Barfoot Death Stik — $170
Having been inducted into Transworld Snowboarding‘s Hall of Fame more than two decades ago, Chuck Barfoot is a man with some experience. As expected, the California-based Barfoot showcases the veteran skateboard maker’s vision for quality and revolutionary design. Maintaining a concave frame and a wide kick tail similar to the aforementioned Maki Drifter for firming planting your back foot, the 44-inch Death Stik is one of Barfoot’s most unique offerings. It’s constructed of a simple Maple ply measuring 9.5 inches at its widest point, but it’s also endowed with a extra narrow nose aimed to lighten the longboard’s respective swing weight when transitioning and cruising about. The clear traction grip additionally ensures the longboard’s trademark skull is always visible, and despite the varying color choices, the 71mm black wheels perfectly compliment the board’s borderline-goth demeanor (for better or worse).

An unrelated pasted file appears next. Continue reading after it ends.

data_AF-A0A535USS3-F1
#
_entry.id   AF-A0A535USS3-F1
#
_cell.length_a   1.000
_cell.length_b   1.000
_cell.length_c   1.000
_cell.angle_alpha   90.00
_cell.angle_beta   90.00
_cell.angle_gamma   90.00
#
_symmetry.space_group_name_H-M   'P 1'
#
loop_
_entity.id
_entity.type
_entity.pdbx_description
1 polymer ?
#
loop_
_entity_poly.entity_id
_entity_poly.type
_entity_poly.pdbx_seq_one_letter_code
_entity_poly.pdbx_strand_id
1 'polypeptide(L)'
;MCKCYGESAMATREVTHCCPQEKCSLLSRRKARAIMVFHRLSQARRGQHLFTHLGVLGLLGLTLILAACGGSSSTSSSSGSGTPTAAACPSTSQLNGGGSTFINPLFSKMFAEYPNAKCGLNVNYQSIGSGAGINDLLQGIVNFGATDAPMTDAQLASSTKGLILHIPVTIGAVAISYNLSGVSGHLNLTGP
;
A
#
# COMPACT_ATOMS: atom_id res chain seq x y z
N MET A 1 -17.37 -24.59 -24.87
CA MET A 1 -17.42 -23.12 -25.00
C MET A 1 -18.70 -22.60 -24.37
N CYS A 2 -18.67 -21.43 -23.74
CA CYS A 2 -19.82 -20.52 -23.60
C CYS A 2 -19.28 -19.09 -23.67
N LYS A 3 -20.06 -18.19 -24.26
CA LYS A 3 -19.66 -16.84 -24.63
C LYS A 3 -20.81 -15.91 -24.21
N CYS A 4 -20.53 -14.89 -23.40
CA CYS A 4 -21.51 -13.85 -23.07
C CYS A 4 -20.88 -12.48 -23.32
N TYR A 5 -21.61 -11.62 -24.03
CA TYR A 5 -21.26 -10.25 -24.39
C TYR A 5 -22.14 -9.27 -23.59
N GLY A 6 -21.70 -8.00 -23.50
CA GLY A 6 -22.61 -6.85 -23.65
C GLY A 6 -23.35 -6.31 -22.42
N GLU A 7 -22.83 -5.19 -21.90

It’s not surprising GoldCoast remains a staple among longboard manufacturers. The company’s timeless pintail longboard is one of the most heralded in the field, featuring a slight concave deck designed for effortless carving and a bi-axial bamboo laminate crafted for increased durability. The precision-cut, 44-inch decks are made of renewable North American bamboo and maple, and a complete setup comes equipped with GoldCoast’s 70mm wheels for smooth navigation. The most robust portion of the boards run 10 inches in width and the board features cut-in wheel wells in case you want exchange the stock options for bigger offerings. The sleek longboards are also impeccably clean, lined only with with the company’s trademark graphic on the underside. GoldCoast product developer Brock Harris knows his stuff having started Binary Skateboards — and it continually shows throughout the company’s pintail boards.